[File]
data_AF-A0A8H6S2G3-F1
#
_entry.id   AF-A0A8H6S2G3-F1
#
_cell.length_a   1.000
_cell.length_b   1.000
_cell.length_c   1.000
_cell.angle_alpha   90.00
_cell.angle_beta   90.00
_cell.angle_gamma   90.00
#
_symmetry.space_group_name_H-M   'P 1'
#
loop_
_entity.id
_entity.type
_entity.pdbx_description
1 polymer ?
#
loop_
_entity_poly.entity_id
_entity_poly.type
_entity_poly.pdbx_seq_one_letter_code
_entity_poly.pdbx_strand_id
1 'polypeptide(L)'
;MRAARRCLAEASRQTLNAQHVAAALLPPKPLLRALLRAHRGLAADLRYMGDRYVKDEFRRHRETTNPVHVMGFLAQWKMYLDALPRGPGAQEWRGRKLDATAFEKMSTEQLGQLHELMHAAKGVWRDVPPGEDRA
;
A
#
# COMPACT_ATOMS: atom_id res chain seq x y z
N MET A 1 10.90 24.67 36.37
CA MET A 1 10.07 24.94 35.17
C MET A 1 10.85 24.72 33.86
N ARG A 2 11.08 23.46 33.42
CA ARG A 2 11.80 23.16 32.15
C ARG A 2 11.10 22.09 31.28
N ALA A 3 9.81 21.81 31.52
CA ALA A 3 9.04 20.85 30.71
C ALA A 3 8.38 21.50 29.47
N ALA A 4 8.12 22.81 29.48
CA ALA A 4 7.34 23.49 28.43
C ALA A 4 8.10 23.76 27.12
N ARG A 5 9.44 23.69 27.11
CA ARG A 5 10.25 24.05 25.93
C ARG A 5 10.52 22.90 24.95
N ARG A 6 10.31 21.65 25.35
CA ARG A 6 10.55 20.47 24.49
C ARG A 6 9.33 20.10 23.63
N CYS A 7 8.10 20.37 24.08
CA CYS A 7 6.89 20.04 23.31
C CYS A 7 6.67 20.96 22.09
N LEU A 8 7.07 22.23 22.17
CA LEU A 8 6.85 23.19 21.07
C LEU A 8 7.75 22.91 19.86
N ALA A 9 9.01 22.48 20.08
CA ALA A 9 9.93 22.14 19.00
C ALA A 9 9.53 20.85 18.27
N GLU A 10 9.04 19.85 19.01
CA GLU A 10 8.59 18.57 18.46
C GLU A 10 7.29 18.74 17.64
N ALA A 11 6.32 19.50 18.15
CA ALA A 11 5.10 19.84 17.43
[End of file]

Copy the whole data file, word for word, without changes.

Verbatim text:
data_AF-A0A8H6S2G3-F1
#
_entry.id   AF-A0A8H6S2G3-F1
#
_cell.length_a   1.000
_cell.length_b   1.000
_cell.length_c   1.000
_cell.angle_alpha   90.00
_cell.angle_beta   90.00
_cell.angle_gamma   90.00
#
_symmetry.space_group_name_H-M   'P 1'
#
loop_
_entity.id
_entity.type
_entity.pdbx_description
1 polymer ?
#
loop_
_entity_poly.entity_id
_entity_poly.type
_entity_poly.pdbx_seq_one_letter_code
_entity_poly.pdbx_strand_id
1 'polypeptide(L)'
;MRAARRCLAEASRQTLNAQHVAAALLPPKPLLRALLRAHRGLAADLRYMGDRYVKDEFRRHRETTNPVHVMGFLAQWKMYLDALPRGPGAQEWRGRKLDATAFEKMSTEQLGQLHELMHAAKGVWRDVPPGEDRA
;
A
#
# COMPACT_ATOMS: atom_id res chain seq x y z
N MET A 1 10.90 24.67 36.37
CA MET A 1 10.07 24.94 35.17
C MET A 1 10.85 24.72 33.86
N ARG A 2 11.08 23.46 33.42
CA ARG A 2 11.80 23.16 32.15
C ARG A 2 11.10 22.09 31.28
N ALA A 3 9.81 21.81 31.52
CA ALA A 3 9.04 20.85 30.71
C ALA A 3 8.38 21.50 29.47
N ALA A 4 8.12 22.81 29.48
CA ALA A 4 7.34 23.49 28.43
C ALA A 4 8.10 23.76 27.12
N ARG A 5 9.44 23.69 27.11
CA ARG A 5 10.25 24.05 25.93
C ARG A 5 10.52 22.90 24.95
N ARG A 6 10.31 21.65 25.35
CA ARG A 6 10.55 20.47 24.49
C ARG A 6 9.33 20.10 23.63
N CYS A 7 8.10 20.37 24.08
CA CYS A 7 6.89 20.04 23.31
C CYS A 7 6.67 20.96 22.09
N LEU A 8 7.07 22.23 22.17
CA LEU A 8 6.85 23.19 21.07
C LEU A 8 7.75 22.91 19.86
N ALA A 9 9.01 22.48 20.08
CA ALA A 9 9.93 22.14 19.00
C ALA A 9 9.53 20.85 18.27
N GLU A 10 9.04 19.85 19.01
CA GLU A 10 8.59 18.57 18.46
C GLU A 10 7.29 18.74 17.64
N ALA A 11 6.32 19.50 18.15
CA ALA A 11 5.10 19.84 17.43